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Remembrance

Elizabeth Scott Sullivan-Hugate, 1966 - 2004

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Those close to her say she was a blithe spirit, a spicy soul who spent her free time "hanging out in what she called 'my shack' with her hippie friends," recalls Andy Howell, owner of Avenue 805, the Fan restaurant where Sullivan-Hugate worked as chef. She cooked around town for years, he says, at such places as the defunct Café Communique and the historic Linden Row Inn, before taking a job as chef at the White Oak semiconductor plant. But the corporate life didn't suit her. So she left it, winding up at Avenue 805 two years later, refreshed and without a care in the world — or a pair of close-toed shoes.

Sullivan-Hugate died a newlywed. She had just married her sweetheart, Terry Allen Hugate, on May 1. "She hated organized religion," Howell says. Her pickup truck bore a broken back window and a bumper sticker that read: "Jerry Falwell can suck my little pinky winky."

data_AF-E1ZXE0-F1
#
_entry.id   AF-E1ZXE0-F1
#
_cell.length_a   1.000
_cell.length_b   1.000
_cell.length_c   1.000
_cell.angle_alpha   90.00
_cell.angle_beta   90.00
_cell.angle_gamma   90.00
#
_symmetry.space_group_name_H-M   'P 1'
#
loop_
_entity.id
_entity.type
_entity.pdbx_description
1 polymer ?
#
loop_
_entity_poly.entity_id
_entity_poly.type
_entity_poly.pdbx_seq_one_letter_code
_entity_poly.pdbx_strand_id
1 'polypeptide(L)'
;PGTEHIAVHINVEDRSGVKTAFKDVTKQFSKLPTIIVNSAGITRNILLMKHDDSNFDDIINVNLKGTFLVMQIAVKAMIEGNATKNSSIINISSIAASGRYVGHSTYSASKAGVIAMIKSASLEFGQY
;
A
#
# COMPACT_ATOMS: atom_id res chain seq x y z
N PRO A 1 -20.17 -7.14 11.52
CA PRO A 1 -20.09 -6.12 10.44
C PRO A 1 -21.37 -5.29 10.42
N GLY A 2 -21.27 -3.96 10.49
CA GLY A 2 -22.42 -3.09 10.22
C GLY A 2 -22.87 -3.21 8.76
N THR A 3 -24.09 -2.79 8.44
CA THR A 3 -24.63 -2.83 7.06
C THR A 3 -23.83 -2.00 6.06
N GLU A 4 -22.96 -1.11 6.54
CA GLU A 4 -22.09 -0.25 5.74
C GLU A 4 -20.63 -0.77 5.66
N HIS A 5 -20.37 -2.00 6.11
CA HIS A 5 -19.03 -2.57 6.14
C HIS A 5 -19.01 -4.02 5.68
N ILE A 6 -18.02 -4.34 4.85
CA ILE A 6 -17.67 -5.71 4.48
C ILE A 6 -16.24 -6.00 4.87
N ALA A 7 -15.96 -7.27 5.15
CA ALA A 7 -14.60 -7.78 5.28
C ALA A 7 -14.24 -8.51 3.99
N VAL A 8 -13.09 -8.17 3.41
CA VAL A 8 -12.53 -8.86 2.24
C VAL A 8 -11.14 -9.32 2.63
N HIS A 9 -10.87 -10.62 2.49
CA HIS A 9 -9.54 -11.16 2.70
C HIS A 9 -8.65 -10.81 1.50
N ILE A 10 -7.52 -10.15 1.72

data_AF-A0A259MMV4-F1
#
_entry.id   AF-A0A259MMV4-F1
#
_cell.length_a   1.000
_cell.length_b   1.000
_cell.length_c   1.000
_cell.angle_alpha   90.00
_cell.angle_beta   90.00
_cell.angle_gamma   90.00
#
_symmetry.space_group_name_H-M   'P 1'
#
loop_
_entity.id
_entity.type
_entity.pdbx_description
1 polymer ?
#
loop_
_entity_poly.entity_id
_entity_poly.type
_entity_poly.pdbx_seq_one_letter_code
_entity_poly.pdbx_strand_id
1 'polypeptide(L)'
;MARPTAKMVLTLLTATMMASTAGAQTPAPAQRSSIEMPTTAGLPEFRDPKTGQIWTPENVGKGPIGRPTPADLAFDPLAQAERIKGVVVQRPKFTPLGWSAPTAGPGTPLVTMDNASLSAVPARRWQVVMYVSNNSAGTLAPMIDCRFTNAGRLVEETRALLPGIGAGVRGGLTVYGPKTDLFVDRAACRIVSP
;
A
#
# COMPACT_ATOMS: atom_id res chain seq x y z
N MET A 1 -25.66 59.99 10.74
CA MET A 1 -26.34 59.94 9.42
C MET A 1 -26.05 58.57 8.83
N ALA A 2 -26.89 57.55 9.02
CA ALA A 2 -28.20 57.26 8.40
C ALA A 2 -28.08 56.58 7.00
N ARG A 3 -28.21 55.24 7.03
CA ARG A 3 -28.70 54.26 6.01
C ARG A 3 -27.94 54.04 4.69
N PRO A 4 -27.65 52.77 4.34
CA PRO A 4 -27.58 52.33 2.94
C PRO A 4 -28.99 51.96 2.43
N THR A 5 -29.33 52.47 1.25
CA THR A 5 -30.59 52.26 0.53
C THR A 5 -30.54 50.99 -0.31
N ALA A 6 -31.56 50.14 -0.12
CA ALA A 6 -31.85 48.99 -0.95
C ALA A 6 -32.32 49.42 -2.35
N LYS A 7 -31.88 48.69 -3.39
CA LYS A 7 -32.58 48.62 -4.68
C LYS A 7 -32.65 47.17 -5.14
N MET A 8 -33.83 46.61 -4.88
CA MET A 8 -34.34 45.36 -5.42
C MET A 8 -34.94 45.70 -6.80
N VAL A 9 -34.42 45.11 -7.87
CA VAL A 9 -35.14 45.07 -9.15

So her wedding took place outdoors at her Charles City home, a refuge of cattail and thrush nestled on the banks of the Chickahominy River. In place of church pews or chairs, guests alighted from bales of hay to celebrate and skip around a Maypole she made.

"Her husband did require that she wear a white dress," Howell muses. "But she didn't wear shoes."

Sullivan-Hugate was known for her stories — unadulterated, adventuresome and free. She shared them indiscriminately. The tales and the truths accompanied her to unknown places that, like her friends, quickly enveloped her. She crossed the country a half-dozen times or more, stopping for a while to call an Oregon commune home.

But, in time, her heart led her back to Richmond. Her soul settled down. She moved to the country, where her dogs Maddie, Sophie and Oaky roamed boundless, the way she thought all animals and humans must. She took to people and, curiously, purses. Old lunch boxes and the tackiest vessels you can imagine constituted a collection that would kindly be called quirky. She absorbed life like a scholar on sabbatical. "She went to eight different colleges," Howell fondly recalls, "and never graduated from one." — Brandon Walters

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